Tag Heuer Unveils Smartwatch Based on Intel, Google Tech

Tag Heuer Unveils Smartwatch Based on Intel, Google Tech
By The original uploader was VD64992 at English Wikipedia [Public domain], via Wikimedia Commons

Intel and Google both offered their support to Tag Heuer, the 155-year old Swiss watch maker, to release the Tag Heuer Connected, which is an Android Wear-powered smartwatch. On Monday, Tag Heuer unveiled the watch, which is made of titanium and features custom watch faces, at a price of $1,500.

Not the first

The Swiss firm is shipping the watch with an interesting promise: buyers can trade in their smartwatch after two years of use when it becomes obsolete for a $1,500 mechanical watch. At its launch event in New York, the company said the mechanical watch will have the same appearance as the Tag Heuer Connected smartwatch.

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Tag Heuer CEO Jean-Claude Biver said, “We are the only brand where you can buy a connected watch and transform it into eternal.”

According to Google, this is the first luxury watch powered by Android Wear. There are already a handful of luxury Apple Watch models in the market that are priced as high as $17,000. LG also sells a gold smartwatch called the Urbane Luxe priced at $1,200. In reality, Tag Heuer’s smartwatch is not even the first Swiss-made smartwatch.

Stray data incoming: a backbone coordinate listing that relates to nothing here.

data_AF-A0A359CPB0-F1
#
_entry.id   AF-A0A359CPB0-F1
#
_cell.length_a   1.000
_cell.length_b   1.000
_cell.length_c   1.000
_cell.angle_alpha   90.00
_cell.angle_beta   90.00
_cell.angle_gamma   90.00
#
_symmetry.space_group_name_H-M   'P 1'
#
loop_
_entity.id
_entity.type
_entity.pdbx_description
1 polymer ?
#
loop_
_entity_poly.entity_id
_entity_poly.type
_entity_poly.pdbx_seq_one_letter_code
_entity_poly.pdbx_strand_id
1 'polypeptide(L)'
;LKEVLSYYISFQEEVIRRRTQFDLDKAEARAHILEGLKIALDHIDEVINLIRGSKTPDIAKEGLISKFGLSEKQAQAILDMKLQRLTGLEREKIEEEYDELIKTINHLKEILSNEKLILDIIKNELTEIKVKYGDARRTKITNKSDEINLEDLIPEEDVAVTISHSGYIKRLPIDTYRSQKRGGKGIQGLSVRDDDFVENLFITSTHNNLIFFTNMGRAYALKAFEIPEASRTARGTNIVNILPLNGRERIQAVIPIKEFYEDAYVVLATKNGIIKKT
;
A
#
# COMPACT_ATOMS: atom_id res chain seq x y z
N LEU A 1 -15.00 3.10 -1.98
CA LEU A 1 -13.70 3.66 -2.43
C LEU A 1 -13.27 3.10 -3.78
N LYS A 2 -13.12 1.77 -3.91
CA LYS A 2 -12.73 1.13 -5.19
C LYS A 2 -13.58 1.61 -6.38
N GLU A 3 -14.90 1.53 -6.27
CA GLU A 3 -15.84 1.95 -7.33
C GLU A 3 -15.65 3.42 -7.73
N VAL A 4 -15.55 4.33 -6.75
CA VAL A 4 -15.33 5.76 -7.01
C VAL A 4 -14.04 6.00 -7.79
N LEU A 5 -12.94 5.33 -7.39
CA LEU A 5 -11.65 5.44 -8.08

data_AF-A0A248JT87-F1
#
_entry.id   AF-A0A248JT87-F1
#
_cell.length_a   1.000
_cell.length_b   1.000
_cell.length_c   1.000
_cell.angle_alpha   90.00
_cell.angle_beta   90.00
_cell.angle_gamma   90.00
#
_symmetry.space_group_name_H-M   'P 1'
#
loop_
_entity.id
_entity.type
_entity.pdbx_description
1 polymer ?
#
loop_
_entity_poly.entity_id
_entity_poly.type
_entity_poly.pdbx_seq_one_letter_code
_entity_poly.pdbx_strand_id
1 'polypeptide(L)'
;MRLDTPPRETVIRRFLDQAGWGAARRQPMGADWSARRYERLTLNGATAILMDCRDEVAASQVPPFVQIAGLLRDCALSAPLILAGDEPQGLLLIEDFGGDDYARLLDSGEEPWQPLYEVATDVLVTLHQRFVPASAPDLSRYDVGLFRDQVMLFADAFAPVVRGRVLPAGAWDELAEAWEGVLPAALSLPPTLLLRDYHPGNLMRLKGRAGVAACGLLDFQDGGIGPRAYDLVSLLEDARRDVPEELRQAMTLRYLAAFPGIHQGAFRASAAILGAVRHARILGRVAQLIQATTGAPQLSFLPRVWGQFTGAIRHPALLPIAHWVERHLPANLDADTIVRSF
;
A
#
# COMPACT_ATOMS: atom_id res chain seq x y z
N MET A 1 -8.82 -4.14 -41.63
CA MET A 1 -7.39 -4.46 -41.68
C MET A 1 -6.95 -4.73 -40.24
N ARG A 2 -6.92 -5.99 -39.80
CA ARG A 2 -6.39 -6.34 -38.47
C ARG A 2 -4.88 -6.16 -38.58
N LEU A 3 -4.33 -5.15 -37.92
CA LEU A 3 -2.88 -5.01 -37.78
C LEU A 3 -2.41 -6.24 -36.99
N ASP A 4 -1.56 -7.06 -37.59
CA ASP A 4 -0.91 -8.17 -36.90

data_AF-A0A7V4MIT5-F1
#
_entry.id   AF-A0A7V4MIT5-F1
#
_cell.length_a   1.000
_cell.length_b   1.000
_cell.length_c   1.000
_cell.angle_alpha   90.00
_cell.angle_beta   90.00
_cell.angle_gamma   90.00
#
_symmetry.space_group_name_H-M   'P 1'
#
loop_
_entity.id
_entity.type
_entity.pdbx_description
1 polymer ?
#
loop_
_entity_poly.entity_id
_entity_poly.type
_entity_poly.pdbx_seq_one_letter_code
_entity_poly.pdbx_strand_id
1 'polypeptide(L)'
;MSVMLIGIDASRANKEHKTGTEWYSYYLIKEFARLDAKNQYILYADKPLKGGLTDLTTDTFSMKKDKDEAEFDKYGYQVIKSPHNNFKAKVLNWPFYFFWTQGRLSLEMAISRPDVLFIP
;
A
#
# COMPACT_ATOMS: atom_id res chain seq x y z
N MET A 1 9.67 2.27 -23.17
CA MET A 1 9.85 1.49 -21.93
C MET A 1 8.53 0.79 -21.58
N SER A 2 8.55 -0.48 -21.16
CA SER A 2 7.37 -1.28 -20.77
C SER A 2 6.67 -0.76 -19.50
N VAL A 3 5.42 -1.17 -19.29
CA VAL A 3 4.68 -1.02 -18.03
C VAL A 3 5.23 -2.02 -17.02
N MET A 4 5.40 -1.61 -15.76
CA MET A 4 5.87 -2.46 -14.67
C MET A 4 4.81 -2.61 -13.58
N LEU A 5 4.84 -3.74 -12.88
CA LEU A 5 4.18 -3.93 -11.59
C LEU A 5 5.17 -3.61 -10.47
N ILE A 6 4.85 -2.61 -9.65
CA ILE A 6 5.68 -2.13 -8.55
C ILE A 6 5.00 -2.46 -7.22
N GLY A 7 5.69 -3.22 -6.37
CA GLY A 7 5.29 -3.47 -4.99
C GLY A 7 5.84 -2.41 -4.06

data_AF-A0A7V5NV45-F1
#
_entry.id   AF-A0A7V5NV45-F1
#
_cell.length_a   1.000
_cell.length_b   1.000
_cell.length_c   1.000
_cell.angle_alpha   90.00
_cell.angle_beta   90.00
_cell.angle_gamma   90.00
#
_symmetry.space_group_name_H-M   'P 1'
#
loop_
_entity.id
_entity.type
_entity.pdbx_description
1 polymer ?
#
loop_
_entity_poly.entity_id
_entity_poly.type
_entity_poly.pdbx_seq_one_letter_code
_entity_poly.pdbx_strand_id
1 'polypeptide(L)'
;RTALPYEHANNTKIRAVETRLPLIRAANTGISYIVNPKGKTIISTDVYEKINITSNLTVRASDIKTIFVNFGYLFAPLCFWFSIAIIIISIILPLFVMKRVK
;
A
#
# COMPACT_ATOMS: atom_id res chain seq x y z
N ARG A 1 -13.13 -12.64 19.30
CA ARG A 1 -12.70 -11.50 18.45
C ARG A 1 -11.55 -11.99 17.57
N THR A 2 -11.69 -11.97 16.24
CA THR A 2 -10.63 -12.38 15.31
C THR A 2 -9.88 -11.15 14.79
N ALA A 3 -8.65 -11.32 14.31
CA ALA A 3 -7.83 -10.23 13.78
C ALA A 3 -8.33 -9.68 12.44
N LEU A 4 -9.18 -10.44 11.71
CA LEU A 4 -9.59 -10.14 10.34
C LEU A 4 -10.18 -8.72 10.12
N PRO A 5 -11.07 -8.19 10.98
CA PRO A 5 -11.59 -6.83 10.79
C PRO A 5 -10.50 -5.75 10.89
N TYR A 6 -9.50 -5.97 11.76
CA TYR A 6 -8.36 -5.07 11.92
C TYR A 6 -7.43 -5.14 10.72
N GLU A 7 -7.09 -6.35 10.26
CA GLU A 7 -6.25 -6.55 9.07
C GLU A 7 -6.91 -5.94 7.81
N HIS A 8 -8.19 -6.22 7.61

“Mondaine technically beat it to the punch,” says Venture Beat. It is not the first Intel-powered Android Wear smartwatch as Fossil already released one such watch in October itself.

Analysts positive on Intel

Separately, Sterne Agee CRT analysts improved their outlook for Intel’s earnings outlook. The firm believes that the chip maker plans to substantially increase its production of 7360 modem chipsets by the middle of fiscal year 2016. The analysts see it as a positive sign for Intel.

For FY16, Sterne Agee CRT increased its revenue forecast for Intel by $850 million owing to increased modem production. The firm believes that Intel’s NAND technology will significantly drive revenue in FY 2017. Sterne Agee CRT analysts reiterated their Buy rating on Intel and set a target price of $38.

“We also view INTC’s new $3.5B memory investment as a potential source for incremental revenues in 2017, and not material enough to cause oversupply in the NAND market,” the analysts said.

On Monday, Intel shares closed down 1.45% at $33.35. Year to date, the stock is down by over 8% ,while in the last one month, it is up by almost 4%.

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